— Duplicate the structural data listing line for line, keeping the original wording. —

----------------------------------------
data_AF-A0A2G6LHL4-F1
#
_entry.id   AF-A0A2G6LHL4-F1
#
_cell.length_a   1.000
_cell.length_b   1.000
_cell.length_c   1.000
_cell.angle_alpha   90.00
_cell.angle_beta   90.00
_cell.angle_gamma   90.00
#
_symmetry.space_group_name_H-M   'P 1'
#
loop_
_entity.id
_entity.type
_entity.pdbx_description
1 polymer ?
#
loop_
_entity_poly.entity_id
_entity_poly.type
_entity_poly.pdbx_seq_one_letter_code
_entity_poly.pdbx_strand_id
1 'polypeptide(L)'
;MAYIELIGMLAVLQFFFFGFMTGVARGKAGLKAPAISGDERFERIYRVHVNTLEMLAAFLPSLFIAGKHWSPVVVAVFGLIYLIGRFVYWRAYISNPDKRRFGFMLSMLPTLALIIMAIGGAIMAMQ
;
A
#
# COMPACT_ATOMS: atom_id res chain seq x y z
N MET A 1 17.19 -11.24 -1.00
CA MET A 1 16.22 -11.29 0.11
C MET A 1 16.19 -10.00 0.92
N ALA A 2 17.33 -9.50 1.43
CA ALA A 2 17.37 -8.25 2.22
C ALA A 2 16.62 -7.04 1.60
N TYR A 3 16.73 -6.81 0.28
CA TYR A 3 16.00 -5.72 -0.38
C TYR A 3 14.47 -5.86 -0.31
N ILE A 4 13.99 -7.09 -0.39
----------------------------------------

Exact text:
data_AF-A0A2G6LHL4-F1
#
_entry.id   AF-A0A2G6LHL4-F1
#
_cell.length_a   1.000
_cell.length_b   1.000
_cell.length_c   1.000
_cell.angle_alpha   90.00
_cell.angle_beta   90.00
_cell.angle_gamma   90.00
#
_symmetry.space_group_name_H-M   'P 1'
#
loop_
_entity.id
_entity.type
_entity.pdbx_description
1 polymer ?
#
loop_
_entity_poly.entity_id
_entity_poly.type
_entity_poly.pdbx_seq_one_letter_code
_entity_poly.pdbx_strand_id
1 'polypeptide(L)'
;MAYIELIGMLAVLQFFFFGFMTGVARGKAGLKAPAISGDERFERIYRVHVNTLEMLAAFLPSLFIAGKHWSPVVVAVFGLIYLIGRFVYWRAYISNPDKRRFGFMLSMLPTLALIIMAIGGAIMAMQ
;
A
#
# COMPACT_ATOMS: atom_id res chain seq x y z
N MET A 1 17.19 -11.24 -1.00
CA MET A 1 16.22 -11.29 0.11
C MET A 1 16.19 -10.00 0.92
N ALA A 2 17.33 -9.50 1.43
CA ALA A 2 17.37 -8.25 2.22
C ALA A 2 16.62 -7.04 1.60
N TYR A 3 16.73 -6.81 0.28
CA TYR A 3 16.00 -5.72 -0.38
C TYR A 3 14.47 -5.86 -0.31
N ILE A 4 13.99 -7.09 -0.39